Climate action, sustainability and green finance strategies are being adopted by businesses across industries and the globe. These concerns have been present in the investment sector for a while, but are now starting to proliferate other finance areas, most recently the insurance sector.
Organisations should look at creating new taxonomies, standards and processes that integrate these considerations because, although regulators will not implement their own policies overnight, they will be bringing out both requirements and incentivisation in the near future, so it’s best to be prepared.
It’s clearer than ever that organisations need to take long-term approaches when building their regulatory compliance strategies. As themes such as climate-related risk and digital transformation become more prevalent, organisations will need to demonstrate that both short-term plans are in place and long-term frameworks are in development.
Data has proven to be a considerable challenge during financial compliance processes, from difficulties in integrating data to poor data quality. These issues have mainly arisen from the use of disparate solutions where data has been collected, cleaned, and stored in different ways and over time. This will inevitably result in reporting errors and worse, so it’s essential that organisations develop new, data-first compliance processes, especially as the market experiences increased scrutiny.
Digital transformation will be an essential tool for organisations looking to scale their individual regulatory compliance processes and evolve to new policies. This is the only manageable way for organisations to remain resilient throughout changing regulatory landscapes. Robust technology solutions will support organisations to manage their compliance with efficiency, resilience and security. In these, they can build frameworks and workflows that will support the above themes, making a technology-centric strategy the essential foundation to any regulatory compliance approach.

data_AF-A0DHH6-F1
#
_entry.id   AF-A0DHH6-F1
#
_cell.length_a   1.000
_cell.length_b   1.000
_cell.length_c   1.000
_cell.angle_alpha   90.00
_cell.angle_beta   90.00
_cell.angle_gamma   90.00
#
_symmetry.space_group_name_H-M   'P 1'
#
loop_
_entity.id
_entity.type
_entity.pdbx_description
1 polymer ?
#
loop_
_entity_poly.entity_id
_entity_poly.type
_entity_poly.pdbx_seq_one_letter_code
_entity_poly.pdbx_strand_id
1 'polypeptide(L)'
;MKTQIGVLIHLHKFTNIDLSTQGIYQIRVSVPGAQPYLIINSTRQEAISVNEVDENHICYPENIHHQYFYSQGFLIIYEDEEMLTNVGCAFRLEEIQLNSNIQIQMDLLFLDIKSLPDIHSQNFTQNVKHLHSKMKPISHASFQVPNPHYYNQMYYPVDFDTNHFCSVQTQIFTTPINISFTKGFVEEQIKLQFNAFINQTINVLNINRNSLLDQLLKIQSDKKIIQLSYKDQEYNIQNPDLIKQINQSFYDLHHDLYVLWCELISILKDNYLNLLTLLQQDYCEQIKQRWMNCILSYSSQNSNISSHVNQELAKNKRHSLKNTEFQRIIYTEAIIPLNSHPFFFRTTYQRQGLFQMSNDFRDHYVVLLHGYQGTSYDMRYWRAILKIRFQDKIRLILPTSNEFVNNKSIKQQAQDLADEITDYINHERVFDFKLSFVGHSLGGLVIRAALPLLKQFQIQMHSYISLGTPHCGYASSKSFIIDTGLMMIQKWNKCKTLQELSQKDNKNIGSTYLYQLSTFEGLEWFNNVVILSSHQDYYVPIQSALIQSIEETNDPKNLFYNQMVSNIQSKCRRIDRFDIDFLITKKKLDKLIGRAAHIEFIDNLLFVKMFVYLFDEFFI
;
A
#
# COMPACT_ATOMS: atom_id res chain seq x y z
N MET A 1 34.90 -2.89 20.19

How can you prepare?
In short, overwhelming change is already happening, but this is only the beginning of a tidal wave of regulatory re-evaluation and redesign. Most importantly, these changes will need to be deeply embedded into the heart of an organisation, not just moved around on a superficial level.
Although much of this is slow-moving, implementing these changes will take an equally long time, so we would recommend organisations make a head start and begin to assess where their gaps lie. In particular, finding digital solutions that both meet and streamline your frameworks, while also working well with your existing digital infrastructure and team processes will be an invaluable tool for the future.
Read more about the current and predicted trends for Individual Regulatory Compliance, as well as potential challenges and their best solutions, in our whitepaper below.
Individual Regulatory Compliance for Financial Services
The regulatory environment is undergoing its latest stage of shift, this time, towards individual regulatory compliance. In this whitepaper, we explore the key themes financial services should be aware of and practical guides for how to adapt.